DIN initiates new CEN Workshop on search and rescue technologies

Urban search and rescue - Guideline for the application of a test method for innovative technologies to detect victims in debris

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In the face of natural or man-made disasters, urban search and rescue (SaR) teams and other first responders like police, medical units, civil protection or volunteers, race against the clock to locate survivors within the critical 72-hour timeframe (Golden Hours), facing challenges such as instable structures or hazardous environments but also insufficient situational awareness – all resulting in lengthy SaR processes.

In order to speed up the detection of survivors trapped in collapsed buildings and to improve working conditions for the first responders, the EU-funded research project CURSOR designed an innovative Search and Rescue Kit (CURSOR SaR Kit) based on drones, miniaturized robotic equipment, advanced sensors and incident management applications. The overreaching aim of CURSOR is to develop a SaR kit that will be easy and fast to deploy leading to a reduced time in detecting and locating trapped victims in disaster areas.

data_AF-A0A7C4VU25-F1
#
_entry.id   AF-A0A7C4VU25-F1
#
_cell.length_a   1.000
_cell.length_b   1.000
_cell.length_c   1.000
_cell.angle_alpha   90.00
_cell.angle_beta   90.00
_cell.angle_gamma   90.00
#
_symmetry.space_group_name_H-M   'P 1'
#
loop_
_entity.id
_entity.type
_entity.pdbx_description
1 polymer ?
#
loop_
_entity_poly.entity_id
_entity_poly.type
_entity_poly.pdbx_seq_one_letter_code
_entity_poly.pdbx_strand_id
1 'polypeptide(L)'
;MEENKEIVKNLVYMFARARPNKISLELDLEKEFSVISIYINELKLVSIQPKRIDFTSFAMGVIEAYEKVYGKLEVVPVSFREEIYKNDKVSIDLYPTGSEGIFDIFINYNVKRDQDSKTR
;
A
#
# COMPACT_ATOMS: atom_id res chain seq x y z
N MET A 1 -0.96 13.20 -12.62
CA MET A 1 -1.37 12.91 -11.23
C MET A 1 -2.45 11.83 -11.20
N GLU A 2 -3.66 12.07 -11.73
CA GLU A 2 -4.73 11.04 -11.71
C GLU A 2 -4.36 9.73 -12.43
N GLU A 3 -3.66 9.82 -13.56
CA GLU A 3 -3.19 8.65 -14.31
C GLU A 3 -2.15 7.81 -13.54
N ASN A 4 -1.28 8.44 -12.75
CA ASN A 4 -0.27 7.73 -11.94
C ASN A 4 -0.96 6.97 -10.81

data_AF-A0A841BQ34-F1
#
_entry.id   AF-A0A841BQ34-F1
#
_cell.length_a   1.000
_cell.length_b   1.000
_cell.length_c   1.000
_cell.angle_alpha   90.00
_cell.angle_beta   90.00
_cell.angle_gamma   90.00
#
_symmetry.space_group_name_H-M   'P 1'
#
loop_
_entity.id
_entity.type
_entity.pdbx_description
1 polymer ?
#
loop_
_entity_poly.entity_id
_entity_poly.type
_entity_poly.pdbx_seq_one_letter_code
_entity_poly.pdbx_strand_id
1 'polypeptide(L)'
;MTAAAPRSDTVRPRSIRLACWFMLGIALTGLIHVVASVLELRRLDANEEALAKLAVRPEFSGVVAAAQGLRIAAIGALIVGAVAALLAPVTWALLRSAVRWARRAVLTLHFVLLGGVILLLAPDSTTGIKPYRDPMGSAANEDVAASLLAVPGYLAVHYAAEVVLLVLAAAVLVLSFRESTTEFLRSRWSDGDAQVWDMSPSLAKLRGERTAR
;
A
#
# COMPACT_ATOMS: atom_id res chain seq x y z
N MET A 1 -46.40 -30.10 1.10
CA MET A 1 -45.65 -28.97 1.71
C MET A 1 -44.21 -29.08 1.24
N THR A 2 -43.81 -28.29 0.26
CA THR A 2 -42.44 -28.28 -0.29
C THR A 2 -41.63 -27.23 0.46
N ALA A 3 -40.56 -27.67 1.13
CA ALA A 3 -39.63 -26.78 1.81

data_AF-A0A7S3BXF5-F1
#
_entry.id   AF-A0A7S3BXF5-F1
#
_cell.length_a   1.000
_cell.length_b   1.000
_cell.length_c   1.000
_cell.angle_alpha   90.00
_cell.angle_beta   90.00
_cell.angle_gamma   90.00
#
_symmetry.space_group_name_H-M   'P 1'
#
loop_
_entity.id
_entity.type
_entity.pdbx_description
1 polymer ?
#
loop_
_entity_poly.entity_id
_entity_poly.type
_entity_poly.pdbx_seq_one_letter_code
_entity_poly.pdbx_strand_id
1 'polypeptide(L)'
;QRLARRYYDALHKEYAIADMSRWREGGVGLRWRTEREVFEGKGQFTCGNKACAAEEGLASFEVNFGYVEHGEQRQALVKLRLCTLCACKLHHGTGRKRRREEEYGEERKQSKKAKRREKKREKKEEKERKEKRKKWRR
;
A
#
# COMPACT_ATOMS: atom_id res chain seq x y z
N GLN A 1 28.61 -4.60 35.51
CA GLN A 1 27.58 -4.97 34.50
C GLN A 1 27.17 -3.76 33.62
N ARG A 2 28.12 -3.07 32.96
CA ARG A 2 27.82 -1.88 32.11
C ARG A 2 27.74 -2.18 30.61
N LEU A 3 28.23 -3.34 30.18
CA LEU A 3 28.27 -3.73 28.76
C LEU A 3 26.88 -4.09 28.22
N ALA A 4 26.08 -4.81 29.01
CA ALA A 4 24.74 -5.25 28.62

To make sure that these solutions are meeting the needs of the first responders on the field, the system was tested by first responders of the CURSOR consortium as well as by external practitioners throughout the whole development process. Several lab and small scale field trials were conducted. Against this background the consortium identified the standardization potential for a guide that describes a field test and the associated methodology for assessing the use of innovative technologies such as the SaR kit.

The objective of the standardization initiative is to develop a guiding document that answers questions like: How to set up a test field for a SaR kit? What should be tested? How should be tested? Who should conduct the test? What is the minimum set of specifications for the technological tools? The reader of the CWA would have the benefit of using the same procedure for different tests, so that a baseline is in place and the test results can be comparable. An important aspect is also to identify the limitations of different components of a SAR kit – depending of the context of the search and rescue, the user is able to choose the correct components for the task.

Visit the website of the European Committee for Standardization to download the:

  • Draft Project Plan,
  • Draft Kick-off Meeting Agenda, and the
  • Commenting Form.

The kick-off meeting will be held on Tuesday, 30 November 2021, from 9.00-11.30 as a web meeting.

All interested parties are invited to submit comments on the Draft Project Plan and sign up for the Kick-off Meeting by 29 November 2021 (send e-mail to Saskia Maresch, saskia.maresch@din.de). You are kindly requested to use the Commenting Form.


DIN e. V.
Saskia Maresch

Am DIN-Platz
Burggrafenstraße 6
10787 Berlin

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